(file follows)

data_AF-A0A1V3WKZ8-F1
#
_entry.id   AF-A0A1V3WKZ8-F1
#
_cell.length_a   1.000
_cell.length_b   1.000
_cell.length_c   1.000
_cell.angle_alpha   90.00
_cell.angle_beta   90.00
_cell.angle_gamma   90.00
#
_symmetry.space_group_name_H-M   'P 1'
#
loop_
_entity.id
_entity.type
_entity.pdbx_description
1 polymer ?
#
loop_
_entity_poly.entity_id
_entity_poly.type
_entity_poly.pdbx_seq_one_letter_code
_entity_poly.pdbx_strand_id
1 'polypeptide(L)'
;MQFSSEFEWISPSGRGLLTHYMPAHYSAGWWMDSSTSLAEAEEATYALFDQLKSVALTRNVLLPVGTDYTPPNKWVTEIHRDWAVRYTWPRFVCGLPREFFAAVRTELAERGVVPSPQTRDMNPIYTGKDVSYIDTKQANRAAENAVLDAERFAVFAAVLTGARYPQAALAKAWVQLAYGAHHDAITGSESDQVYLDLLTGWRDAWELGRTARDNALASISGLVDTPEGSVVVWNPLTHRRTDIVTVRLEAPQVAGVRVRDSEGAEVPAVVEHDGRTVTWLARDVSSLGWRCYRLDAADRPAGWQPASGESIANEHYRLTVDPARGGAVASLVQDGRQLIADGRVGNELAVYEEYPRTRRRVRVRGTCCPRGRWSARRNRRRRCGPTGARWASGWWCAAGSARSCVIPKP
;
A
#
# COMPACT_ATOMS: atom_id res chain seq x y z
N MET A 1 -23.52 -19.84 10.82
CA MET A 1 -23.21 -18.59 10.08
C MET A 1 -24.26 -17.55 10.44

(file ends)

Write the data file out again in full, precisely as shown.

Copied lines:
data_AF-A0A1V3WKZ8-F1
#
_entry.id   AF-A0A1V3WKZ8-F1
#
_cell.length_a   1.000
_cell.length_b   1.000
_cell.length_c   1.000
_cell.angle_alpha   90.00
_cell.angle_beta   90.00
_cell.angle_gamma   90.00
#
_symmetry.space_group_name_H-M   'P 1'
#
loop_
_entity.id
_entity.type
_entity.pdbx_description
1 polymer ?
#
loop_
_entity_poly.entity_id
_entity_poly.type
_entity_poly.pdbx_seq_one_letter_code
_entity_poly.pdbx_strand_id
1 'polypeptide(L)'
;MQFSSEFEWISPSGRGLLTHYMPAHYSAGWWMDSSTSLAEAEEATYALFDQLKSVALTRNVLLPVGTDYTPPNKWVTEIHRDWAVRYTWPRFVCGLPREFFAAVRTELAERGVVPSPQTRDMNPIYTGKDVSYIDTKQANRAAENAVLDAERFAVFAAVLTGARYPQAALAKAWVQLAYGAHHDAITGSESDQVYLDLLTGWRDAWELGRTARDNALASISGLVDTPEGSVVVWNPLTHRRTDIVTVRLEAPQVAGVRVRDSEGAEVPAVVEHDGRTVTWLARDVSSLGWRCYRLDAADRPAGWQPASGESIANEHYRLTVDPARGGAVASLVQDGRQLIADGRVGNELAVYEEYPRTRRRVRVRGTCCPRGRWSARRNRRRRCGPTGARWASGWWCAAGSARSCVIPKP
;
A
#
# COMPACT_ATOMS: atom_id res chain seq x y z
N MET A 1 -23.52 -19.84 10.82
CA MET A 1 -23.21 -18.59 10.08
C MET A 1 -24.26 -17.55 10.44